Harriet's Ruffled Feathers: The Woman Who Saved Millions of Birds (Hardcover)
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Harriet Lawrence Hemenway loved hats. She loved them with ribbons and flowers, embroidery and pearls. And feathers! What was better than a hat with grand, glorious feathers? But then Harriet discovered that millions of birds died so that she and her friends could soar at the height of style. A passion for fashion was one thing, but this was feather-brained!
So Harriet led the charge to take feathers out of fashion, getting laws passed that made it illegal to buy or sell wild bird feathers. In 1896, she and her fellow bird protectors founded the Massachusetts Audubon Society, which grew into a national organization that still protects birds today! Additional information about conservation can be found in the backmatter of this engaging picture book.
Romina Galotta is an illustrator residing in Buenos Aires, Argentina, where her two dogs let her use a couple of rooms of their house for work and sleep. She prefers traditional mediums such as watercolors, pencils, and gouache. She has illustrated several books, including Dear Librarian by Lydia M. Sigwarth and Harriet’s Ruffled Feathers by Joy McCullough. Her other talents include bird rescuing, apprentice tattooing, pizza making, and precision combat driving.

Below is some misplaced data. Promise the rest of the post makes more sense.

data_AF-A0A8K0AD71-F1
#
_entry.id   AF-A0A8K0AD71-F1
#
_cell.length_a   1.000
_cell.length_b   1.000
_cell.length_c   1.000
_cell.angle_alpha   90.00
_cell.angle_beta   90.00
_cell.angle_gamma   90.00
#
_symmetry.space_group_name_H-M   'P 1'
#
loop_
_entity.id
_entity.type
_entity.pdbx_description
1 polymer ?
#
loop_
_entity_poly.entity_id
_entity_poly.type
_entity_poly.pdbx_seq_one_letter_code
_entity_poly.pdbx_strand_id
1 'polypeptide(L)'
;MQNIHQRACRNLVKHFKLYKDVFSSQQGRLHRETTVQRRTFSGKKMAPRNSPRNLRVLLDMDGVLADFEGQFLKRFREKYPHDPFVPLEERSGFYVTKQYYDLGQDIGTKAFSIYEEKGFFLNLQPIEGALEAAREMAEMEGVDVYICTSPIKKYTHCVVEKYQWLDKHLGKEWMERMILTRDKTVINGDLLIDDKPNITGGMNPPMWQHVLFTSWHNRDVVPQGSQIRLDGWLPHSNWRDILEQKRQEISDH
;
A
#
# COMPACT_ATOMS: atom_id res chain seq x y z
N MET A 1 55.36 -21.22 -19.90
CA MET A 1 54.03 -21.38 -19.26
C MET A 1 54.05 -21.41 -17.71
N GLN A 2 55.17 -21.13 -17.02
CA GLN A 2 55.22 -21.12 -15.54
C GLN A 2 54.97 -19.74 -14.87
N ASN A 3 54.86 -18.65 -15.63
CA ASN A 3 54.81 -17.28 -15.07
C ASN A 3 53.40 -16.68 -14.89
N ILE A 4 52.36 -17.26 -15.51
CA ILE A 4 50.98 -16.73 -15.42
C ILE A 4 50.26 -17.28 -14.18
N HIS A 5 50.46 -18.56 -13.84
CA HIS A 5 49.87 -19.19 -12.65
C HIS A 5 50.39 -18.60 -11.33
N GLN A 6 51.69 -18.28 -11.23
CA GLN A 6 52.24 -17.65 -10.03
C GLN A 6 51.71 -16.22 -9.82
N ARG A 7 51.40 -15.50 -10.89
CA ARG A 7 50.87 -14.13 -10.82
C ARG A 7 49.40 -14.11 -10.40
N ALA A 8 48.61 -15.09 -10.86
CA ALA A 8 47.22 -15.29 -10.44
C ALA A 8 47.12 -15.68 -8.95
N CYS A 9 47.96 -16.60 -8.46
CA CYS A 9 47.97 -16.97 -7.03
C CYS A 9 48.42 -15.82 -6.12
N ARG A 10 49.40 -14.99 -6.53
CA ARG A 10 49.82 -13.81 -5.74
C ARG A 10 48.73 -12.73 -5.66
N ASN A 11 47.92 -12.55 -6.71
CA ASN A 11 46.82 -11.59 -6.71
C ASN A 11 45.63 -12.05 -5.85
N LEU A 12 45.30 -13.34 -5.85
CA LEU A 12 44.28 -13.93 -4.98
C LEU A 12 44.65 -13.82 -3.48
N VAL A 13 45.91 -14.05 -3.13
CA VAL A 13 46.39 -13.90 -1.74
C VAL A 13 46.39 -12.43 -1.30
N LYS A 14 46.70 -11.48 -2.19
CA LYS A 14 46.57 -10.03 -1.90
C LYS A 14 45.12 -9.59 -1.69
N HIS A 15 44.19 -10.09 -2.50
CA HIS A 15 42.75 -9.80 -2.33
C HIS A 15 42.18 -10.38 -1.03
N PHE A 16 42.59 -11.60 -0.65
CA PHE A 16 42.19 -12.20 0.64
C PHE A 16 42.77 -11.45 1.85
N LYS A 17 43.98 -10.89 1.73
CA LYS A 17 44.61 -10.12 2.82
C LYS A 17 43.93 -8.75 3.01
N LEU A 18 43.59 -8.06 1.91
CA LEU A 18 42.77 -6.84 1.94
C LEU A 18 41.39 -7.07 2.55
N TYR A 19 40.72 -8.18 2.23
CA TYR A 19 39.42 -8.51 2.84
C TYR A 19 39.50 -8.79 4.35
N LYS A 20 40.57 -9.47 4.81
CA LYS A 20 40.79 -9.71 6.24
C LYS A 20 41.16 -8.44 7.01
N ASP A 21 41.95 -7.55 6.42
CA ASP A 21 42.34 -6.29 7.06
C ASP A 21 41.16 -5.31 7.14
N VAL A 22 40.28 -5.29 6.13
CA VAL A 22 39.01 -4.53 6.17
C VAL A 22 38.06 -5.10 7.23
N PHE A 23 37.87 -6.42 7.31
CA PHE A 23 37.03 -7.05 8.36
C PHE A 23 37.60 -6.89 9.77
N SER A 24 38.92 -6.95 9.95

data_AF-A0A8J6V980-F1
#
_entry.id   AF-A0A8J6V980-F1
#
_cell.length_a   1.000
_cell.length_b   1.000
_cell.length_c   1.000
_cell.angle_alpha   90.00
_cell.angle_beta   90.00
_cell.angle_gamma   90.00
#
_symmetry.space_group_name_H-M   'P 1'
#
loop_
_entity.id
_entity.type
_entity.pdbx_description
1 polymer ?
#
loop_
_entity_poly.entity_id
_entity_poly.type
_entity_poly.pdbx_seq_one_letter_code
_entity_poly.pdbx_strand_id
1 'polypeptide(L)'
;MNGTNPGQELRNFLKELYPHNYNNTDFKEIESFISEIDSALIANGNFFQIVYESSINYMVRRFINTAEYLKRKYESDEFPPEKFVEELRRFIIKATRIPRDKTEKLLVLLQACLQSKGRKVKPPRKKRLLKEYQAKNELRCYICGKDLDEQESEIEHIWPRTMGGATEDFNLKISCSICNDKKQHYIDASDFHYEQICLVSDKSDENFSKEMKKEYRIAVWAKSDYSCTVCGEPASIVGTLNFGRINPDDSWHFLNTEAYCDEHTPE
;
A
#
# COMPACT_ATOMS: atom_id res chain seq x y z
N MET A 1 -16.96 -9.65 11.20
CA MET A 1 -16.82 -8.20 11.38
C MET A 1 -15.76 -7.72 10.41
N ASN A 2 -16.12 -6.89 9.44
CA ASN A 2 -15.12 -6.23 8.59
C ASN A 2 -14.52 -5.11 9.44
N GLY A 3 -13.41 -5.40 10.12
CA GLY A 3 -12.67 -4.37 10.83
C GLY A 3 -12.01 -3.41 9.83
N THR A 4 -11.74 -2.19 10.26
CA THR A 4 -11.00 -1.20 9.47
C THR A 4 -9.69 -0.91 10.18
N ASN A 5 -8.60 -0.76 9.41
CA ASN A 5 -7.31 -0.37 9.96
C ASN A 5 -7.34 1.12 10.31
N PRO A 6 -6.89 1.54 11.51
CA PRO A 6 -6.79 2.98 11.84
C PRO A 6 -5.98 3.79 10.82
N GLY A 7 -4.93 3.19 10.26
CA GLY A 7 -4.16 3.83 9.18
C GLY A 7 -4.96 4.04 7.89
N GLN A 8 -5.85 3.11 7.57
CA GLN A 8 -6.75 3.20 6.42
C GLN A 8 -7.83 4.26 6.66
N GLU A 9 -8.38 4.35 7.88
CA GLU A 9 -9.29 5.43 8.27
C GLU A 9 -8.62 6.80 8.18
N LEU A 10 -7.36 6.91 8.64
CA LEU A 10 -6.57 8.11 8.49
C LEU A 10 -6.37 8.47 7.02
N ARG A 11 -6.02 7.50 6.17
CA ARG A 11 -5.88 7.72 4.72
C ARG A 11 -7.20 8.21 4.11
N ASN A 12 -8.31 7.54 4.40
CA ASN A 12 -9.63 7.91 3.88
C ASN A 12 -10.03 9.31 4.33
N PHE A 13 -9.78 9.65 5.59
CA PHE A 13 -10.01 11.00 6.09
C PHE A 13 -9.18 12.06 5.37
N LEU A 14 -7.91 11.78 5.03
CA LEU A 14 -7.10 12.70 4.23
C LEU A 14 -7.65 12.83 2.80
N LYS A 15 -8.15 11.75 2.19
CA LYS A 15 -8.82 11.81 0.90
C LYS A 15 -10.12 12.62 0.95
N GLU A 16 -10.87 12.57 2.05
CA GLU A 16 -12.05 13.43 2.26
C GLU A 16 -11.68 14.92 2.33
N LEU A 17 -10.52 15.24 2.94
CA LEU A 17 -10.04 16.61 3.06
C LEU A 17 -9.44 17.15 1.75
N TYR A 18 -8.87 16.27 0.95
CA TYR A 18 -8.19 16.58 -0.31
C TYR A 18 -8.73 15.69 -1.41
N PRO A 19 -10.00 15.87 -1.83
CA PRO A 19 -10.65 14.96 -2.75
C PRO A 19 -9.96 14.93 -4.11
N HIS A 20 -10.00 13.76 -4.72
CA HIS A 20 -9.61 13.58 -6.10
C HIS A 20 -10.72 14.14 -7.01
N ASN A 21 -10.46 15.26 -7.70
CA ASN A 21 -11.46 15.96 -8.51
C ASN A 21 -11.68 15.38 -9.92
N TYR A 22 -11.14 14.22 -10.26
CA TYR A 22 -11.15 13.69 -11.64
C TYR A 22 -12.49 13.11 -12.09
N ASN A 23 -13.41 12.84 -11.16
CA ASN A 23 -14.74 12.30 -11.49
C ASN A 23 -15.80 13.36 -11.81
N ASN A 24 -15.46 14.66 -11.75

— Publishers Weekly
"This inspiring story of one woman’s ability to enact change is well served by McCullough’s succinct and playful storytelling style, featuring lots of avian wordplay. Galotta’s delicate and colorful watercolor illustrations are highly detailed; defined lines help accentuate both high-society refinement and beauty in the natural world."
— Horn Book Magazine
"The writing in this fictionalized biography, sprinkled with bird metaphors, sparkles . . . Pastel watercolors depict ladies in fashionable hats and dresses, the glorious plumage of many birds, and realistic natural environments."
"Lively text pairs perfectly with the dreamy, soft quality of the watercolor illustrations. This book not only tells Hemenway’s story, but with extensive and engaging back matter, also encourages readers to stand up for issues they believe in. . . A thoughtful biography . . . "
— School Library Journal